02532-A: Canine influenza: occurrence, spatial and temporal trends and identifying modifiable factors to reduce transmission at canine shows in the United States
Grant Status: Open
Canine influenza is an important disease affecting dogs, especially in situations where many dogs come together (e.g., boarding, dog shows, doggie daycare). Several recent outbreaks of canine influenza have been reported in the United States with anecdotally high levels of dog-dog transmission of canine influenza virus (CIV), resulting in dog illness and death as well as disruption or cancellation of shows and other events. Despite the importance of this disease, little is known of modifiable factors linked to CIV spread in dogs. Work to address this research gap is greatly needed in order to answer key questions about CIV and future control and prevention needs. The investigators will utilize an existing database of dogs tested for CIV to determine any recent changes over time and region (outbreaks) of CIV in the United States. Surveys of dog show participants will also be used to collect information on dog, owner/handler, and canine event factors related to CIV spread. Results will be used to develop and pilot a voluntary surveillance network to serve as an early warning mechanism to identify disease outbreaks (CIV and others) linked to dog events. Findings from this work will allow for targeted prevention strategies to reduce CIV spread in the United States which could be applied to other canine infectious diseases.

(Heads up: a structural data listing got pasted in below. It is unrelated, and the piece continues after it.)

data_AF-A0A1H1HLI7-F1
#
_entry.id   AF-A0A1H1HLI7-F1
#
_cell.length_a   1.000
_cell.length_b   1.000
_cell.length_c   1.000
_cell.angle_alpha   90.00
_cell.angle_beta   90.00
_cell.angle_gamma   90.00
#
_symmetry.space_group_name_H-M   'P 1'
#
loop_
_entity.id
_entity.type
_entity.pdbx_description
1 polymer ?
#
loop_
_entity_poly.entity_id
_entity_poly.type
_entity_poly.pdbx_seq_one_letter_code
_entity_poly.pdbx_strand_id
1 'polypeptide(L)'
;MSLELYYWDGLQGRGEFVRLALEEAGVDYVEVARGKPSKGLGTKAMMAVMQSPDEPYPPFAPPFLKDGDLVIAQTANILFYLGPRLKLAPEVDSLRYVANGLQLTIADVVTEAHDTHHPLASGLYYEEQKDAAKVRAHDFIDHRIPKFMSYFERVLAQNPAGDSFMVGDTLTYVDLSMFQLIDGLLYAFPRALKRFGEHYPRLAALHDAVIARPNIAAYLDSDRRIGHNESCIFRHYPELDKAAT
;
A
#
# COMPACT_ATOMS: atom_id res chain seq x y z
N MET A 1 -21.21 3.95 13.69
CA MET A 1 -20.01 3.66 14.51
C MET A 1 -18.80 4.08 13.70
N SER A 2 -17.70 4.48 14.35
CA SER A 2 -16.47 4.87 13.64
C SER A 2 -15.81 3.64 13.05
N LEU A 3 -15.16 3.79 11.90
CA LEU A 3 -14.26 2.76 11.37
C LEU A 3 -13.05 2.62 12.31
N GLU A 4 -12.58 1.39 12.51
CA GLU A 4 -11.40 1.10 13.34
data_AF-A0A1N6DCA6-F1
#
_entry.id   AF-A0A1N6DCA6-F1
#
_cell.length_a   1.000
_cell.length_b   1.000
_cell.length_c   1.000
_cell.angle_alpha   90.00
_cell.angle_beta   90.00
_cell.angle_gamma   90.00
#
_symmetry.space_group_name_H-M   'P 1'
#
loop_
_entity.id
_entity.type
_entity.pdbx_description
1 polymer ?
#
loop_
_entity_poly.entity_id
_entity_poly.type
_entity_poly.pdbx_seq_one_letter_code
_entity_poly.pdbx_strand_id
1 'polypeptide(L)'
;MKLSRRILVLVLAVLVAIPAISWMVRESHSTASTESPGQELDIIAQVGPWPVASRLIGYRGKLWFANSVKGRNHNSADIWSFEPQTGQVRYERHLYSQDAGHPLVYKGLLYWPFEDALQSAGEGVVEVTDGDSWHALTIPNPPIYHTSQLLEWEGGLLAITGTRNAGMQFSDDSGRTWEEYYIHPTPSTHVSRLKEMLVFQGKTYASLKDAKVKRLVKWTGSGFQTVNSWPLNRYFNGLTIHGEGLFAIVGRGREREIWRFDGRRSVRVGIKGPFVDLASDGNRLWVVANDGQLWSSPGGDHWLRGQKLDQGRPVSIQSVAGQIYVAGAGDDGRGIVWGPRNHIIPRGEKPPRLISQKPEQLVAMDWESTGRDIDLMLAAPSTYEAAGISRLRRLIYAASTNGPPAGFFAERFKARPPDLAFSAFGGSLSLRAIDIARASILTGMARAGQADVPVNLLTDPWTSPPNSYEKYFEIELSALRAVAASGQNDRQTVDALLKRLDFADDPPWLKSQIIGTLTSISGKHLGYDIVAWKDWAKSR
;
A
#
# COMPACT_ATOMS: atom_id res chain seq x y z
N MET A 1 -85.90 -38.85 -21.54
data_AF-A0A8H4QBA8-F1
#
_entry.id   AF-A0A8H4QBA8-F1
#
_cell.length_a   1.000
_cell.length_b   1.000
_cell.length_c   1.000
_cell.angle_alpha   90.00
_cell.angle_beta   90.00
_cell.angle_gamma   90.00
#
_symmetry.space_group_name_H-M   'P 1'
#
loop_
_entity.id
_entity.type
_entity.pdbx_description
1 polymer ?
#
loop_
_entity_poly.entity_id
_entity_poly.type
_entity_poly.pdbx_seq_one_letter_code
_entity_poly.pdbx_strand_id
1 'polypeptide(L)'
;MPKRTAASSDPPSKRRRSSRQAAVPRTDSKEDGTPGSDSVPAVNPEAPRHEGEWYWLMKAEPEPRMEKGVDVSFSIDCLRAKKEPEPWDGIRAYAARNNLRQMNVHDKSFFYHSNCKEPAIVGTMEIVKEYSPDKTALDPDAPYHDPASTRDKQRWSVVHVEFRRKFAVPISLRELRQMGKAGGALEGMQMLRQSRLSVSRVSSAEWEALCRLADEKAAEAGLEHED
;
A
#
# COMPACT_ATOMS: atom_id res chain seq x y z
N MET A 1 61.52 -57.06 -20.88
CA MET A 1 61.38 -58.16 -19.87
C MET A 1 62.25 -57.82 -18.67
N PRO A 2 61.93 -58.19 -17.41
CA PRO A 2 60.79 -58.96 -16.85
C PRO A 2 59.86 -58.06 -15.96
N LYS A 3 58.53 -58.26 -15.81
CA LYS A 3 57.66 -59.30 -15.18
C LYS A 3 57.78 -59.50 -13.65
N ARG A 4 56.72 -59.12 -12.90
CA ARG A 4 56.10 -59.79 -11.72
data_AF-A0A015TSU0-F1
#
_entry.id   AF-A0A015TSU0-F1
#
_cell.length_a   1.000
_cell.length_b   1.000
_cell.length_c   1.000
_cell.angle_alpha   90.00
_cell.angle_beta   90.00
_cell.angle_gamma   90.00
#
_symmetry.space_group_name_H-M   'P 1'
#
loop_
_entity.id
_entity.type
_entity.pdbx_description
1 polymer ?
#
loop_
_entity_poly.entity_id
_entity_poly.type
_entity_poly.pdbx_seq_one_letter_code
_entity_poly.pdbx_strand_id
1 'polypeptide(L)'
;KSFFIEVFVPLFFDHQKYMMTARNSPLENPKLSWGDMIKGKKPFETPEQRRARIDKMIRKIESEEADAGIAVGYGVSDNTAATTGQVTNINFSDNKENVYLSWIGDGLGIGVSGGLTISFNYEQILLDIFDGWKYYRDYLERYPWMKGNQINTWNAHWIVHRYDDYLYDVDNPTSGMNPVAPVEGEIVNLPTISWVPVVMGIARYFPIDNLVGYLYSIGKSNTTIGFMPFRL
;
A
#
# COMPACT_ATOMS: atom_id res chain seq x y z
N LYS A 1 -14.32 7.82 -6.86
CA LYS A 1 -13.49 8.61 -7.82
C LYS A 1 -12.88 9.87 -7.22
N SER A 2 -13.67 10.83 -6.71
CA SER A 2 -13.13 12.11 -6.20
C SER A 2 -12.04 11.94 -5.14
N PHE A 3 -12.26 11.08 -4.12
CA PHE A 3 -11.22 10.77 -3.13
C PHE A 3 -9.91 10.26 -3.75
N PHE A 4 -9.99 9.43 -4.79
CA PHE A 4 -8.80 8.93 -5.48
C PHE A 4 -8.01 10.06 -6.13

None at this time.
Help Future Generations of Dogs
Participate in canine health research by providing samples or by enrolling in a clinical trial. Samples are needed from healthy dogs and dogs affected by specific diseases.